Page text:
|Aug-20-07|| ||beginner64: 40..f6.
That has got to be time pressure.
40. ..Rf1 seems fine to me. Can white continue an attack from there?
|Aug-20-07|| ||CapablancaFan: Rogers for some reason thinks he's Petrosian. An exchange sac here (21.Rxd6!) an exchange sac there (23.Rxb6) and when all the superficial layers of black's defense is peeled back, the reality of the situation sets in. And believe it or not after 35.g4! The game is virtually unwinnable for black. Go ahead, check it out.|
|Aug-20-07|| ||An Englishman: Good Evening: Fascinating game. Double Exchange sacrifices are quite rare, esp. when they are as speculative as this one: the attack on the King develops slowly, and Black has a variety of ways to defend. This game deserves a thorough computer analysis to dig up all of its intricacies.|
|Aug-20-07|| ||crafty: 40...f1 41. f5 xf5+ 42. gxf5 xf5+ 43. xf5 exf5 44. f6+ (eval 8.03; depth 16 ply; 500M nodes)|
|Aug-20-07|| ||tatarch: The two exchange sacs really caught me by surprise, mostly because the position looks so pedestrian at that point. Are there any similar games I wonder?|
|Aug-20-07|| ||CapablancaFan: <beginner64: 40..f6.
That has got to be time pressure.
40. ..Rf1 seems fine to me. Can white continue an attack from there?> Crafty's post answered your question.
|Aug-20-07|| ||Judah: Wow, playing through the game, the sacrifices seem to be utterly unjustified. Yet he wins it...|
|Aug-20-07|| ||mcgrath999: don u think dis games a bit long?|
|Aug-20-07|| ||dabearsrock1010: this is one of the best game of the days in a while...just extremely unique|
|Aug-20-07|| ||FSR: Very cool game!|
|Aug-20-07|| ||TheaN: And once again it is proven that the exchange is only a difference in value, not material: the pieces do not seem as good after the exchanges giving sacs than they are around move 40. Brilliant play.|
|Aug-20-07|| ||Manic: Wow. I can't believe that the double exchange sacrifice was sound. Rogers conjures something out of nothing here. It is a pity that he retired last month due to an ailment of some sort.|
|Aug-20-07|| ||Chesscomedian: @tatarch: Check out Toplaov's 2005 and 2006 games. The double exchange sac was his signature surprise then.|
|Aug-20-07|| ||Chesscomedian: @tatarch: Have a look at this. It's one my favorites, just a double exchange sac against an average club player: Topalov vs Aronian, 2006|
|Aug-20-07|| ||firmamentalfalcon: The white knight and pawns create a solid wall on the d-file on move 31. Somehow getting the knight at b6 was worth the two rooks.|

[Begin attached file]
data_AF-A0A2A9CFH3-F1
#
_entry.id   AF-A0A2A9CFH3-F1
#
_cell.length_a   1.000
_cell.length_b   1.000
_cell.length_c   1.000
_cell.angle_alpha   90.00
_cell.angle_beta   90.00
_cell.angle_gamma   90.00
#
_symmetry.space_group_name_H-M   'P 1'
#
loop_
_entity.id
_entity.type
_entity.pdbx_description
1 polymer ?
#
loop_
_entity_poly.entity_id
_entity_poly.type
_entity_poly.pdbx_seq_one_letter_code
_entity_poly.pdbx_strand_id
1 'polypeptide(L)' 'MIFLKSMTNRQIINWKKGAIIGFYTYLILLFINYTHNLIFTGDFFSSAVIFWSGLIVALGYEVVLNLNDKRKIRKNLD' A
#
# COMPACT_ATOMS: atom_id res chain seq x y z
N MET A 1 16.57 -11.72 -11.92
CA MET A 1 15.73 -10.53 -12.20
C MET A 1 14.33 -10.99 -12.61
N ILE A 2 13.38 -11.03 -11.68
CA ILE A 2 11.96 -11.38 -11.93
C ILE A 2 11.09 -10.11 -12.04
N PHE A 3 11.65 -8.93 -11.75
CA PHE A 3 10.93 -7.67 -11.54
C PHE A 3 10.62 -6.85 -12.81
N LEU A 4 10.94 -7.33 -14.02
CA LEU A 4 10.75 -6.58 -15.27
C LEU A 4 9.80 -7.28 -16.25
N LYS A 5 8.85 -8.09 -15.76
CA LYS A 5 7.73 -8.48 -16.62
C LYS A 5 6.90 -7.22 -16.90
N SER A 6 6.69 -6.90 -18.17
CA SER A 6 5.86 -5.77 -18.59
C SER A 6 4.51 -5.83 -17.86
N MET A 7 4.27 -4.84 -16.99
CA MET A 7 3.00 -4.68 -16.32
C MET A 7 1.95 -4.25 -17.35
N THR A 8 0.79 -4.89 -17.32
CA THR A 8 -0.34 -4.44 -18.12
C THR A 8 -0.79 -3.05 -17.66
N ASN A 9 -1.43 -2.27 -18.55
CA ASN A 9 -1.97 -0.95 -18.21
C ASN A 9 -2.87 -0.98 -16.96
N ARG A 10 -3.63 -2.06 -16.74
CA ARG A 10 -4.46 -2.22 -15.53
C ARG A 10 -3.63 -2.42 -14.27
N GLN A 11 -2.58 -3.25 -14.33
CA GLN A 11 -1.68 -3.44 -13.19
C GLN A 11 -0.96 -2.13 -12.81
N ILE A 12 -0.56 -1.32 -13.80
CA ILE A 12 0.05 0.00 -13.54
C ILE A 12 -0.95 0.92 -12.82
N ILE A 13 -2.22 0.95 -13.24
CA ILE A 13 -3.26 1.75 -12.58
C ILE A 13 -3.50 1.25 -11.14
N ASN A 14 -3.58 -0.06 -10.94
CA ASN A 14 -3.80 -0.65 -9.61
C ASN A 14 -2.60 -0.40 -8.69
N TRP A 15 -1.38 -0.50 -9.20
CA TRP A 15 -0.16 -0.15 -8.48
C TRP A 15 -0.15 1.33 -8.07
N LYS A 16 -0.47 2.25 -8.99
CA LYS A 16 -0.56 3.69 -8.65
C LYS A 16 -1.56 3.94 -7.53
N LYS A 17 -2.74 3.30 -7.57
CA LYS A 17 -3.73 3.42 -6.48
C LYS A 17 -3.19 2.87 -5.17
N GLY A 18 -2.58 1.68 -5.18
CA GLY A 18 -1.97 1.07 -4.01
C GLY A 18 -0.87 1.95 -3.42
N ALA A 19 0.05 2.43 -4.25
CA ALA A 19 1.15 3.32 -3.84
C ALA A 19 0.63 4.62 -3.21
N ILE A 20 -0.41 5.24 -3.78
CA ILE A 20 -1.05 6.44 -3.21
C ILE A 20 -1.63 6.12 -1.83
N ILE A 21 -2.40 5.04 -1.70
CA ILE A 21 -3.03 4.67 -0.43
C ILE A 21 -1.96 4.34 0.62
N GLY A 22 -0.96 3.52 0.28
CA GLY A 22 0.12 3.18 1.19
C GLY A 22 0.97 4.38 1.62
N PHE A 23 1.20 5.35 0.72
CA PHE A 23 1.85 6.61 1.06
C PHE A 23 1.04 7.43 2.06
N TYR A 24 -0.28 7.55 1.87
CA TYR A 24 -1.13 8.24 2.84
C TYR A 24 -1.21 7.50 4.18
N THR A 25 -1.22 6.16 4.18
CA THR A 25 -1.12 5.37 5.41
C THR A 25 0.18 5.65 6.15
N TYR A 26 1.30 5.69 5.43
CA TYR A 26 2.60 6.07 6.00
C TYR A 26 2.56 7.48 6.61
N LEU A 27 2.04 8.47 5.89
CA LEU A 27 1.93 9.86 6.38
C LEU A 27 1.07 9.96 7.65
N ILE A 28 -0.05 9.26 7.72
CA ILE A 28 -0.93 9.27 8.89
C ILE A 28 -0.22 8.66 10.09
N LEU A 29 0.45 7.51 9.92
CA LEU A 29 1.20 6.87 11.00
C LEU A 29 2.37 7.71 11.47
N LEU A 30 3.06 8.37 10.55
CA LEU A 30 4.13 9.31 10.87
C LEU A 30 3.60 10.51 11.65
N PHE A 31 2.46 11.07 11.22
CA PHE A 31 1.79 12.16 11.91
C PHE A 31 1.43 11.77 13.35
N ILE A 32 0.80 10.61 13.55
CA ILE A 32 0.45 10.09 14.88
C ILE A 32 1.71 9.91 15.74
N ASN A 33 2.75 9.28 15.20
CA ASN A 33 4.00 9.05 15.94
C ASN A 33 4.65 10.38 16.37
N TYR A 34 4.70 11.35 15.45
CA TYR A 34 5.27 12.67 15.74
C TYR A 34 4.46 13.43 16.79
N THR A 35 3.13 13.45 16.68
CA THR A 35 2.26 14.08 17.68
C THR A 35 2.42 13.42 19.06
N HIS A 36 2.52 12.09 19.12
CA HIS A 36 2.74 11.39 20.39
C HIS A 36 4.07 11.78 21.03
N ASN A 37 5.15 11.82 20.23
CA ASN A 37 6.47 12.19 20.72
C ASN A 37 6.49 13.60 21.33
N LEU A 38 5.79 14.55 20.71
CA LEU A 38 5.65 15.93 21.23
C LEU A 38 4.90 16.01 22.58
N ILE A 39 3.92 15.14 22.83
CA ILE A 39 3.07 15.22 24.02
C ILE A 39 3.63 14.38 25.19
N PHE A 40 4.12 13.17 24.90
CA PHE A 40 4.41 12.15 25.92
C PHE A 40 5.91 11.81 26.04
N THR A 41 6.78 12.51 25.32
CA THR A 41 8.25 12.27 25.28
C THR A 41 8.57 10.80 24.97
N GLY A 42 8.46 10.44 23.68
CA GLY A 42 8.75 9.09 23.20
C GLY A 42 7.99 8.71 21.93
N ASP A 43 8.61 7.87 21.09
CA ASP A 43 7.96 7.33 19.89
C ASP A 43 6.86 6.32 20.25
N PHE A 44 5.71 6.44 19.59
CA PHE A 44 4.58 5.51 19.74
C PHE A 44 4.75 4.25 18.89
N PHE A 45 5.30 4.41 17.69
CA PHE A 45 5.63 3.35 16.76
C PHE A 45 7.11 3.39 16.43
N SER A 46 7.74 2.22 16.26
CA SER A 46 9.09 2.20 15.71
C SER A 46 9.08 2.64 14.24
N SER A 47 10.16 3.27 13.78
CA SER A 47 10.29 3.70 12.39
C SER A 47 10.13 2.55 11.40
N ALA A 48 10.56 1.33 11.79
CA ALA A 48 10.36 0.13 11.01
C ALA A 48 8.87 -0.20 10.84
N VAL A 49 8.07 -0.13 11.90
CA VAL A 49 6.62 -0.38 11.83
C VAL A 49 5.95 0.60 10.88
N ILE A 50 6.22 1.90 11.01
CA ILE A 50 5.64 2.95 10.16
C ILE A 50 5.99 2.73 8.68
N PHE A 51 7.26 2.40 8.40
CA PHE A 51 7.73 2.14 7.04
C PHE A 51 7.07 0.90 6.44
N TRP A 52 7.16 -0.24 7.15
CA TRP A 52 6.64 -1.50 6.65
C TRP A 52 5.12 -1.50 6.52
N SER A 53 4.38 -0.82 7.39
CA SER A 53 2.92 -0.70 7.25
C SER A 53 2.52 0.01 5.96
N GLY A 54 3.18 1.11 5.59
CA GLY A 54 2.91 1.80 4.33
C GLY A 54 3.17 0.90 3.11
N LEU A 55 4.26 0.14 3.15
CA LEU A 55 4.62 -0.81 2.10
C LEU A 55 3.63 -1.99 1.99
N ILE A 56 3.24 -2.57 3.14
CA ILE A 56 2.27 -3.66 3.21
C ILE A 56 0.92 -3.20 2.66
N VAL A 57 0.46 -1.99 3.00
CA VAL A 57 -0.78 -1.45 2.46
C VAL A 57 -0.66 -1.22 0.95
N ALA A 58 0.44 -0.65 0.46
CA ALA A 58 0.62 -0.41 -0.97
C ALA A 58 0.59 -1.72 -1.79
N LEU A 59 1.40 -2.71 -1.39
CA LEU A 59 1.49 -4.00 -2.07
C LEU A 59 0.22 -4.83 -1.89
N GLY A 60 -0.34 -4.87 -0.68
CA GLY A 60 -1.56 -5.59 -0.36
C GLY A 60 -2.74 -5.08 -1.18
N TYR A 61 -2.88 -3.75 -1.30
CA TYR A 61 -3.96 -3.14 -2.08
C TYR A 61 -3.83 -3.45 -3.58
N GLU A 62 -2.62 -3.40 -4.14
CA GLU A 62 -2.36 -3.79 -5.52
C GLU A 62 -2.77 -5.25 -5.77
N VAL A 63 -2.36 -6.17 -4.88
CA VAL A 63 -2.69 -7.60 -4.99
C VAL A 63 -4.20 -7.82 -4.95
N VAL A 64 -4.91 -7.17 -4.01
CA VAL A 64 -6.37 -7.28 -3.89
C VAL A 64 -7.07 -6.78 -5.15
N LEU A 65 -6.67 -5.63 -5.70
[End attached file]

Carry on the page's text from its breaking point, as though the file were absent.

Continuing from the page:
Qf6-g5-e5 was cool too.
|Aug-20-07|| ||sanyas: <<TheaN> And once again it is proven that the exchange is only a difference in value, not material> |
What do you mean? Of course we measure material by its value, not its number, that's the main pont in exchanging pieces.
<Chesscomedian> That one was different, the relatively common theme of liberating pawns to advance in the center. This is something completely differnt - The knights are actually more valuable, as minor pieces are often better than rooks in a kingside attack, and White gains complete control of the center, cutting off the Black pieces from the defense.
|Aug-20-07|| ||kevin86: At several points,white had the chance to capture rook for knight and he refused. In fact,the knight is stronger than the rook in this case.|
Of course,to blindly think that a rook is about 2 pawns better than a knight costs many a player. Chess is far move a game of judgment and TOTAL value-as opposed to plain material value.
|Aug-20-07|| ||sanyas: <kevin86> It is perhaps valuable to make the distinction between Material, the number of pieces that exist on the board ranked according to their power on an empty board, and Force, the physical effect of all the pieces in a given situation.|
|Aug-20-07|| ||sanyas: Or, <thing you pick up> material piece, <ability to move the piece> force of the piece.|
|Aug-20-07|| ||sanyas: <CapablancaFan> Actually, I would say he does it better than Petrosian. Don't you agree that this is better than Petrosian vs Guimard, 1955?|
|Aug-20-07|| ||sanyas: The key thing is that while the White knights can just hop over to the kingside and create decisive threats, the black rooks cannot assume a good defensive posture and must take part in a futile counterattack. Also nice to note that White's long diagonal pressure pays direct dividends. An enormous conception. He must have worked everything out from the beginning, all the way to the queen getting stuck on a7, and trusted that his kingside attack would work even though his pieces were so far away.|
|Aug-20-07|| ||belgradegambit: Ian Rogers is one of my favorite players. He is well known to be an "attacking maniac" Too bad he retired for health reasons.|
|Aug-20-07|| ||zb2cr: Given that White gets a compensating Pawn for each sacrifice, the 2X exchange sacrifice is not as large as it might seem. Wasn't it Spielmann who claimed that if you sacrificed a Rook for a minor piece + a Pawn, that was the equivalent of only a 1/2 Pawn deficit?|
|Aug-20-07|| ||Kublo: a double sac in such a short time!
the Knight in b6 is so much better then a rock.
its a shame that Berznish screwed the game up with the blunder f6.
I would like to have seen what Rogers could have done if he didnt do 40...f6.
|Apr-09-09|| ||JaneEyre: Can Black save his bacon with 35...Qd3+ 36.Kg2 f6 37.Qxf6 Qe4+ 38.Kg3
Rc1 39.h3 Rg1+ 40.Kh4 Rh1 41.Qg5+ Kh8 42.Nd7 Qg2 43.Qe5+ Kg8 44.Qg3 Qxg3+
45.Kxg3? Probably not.|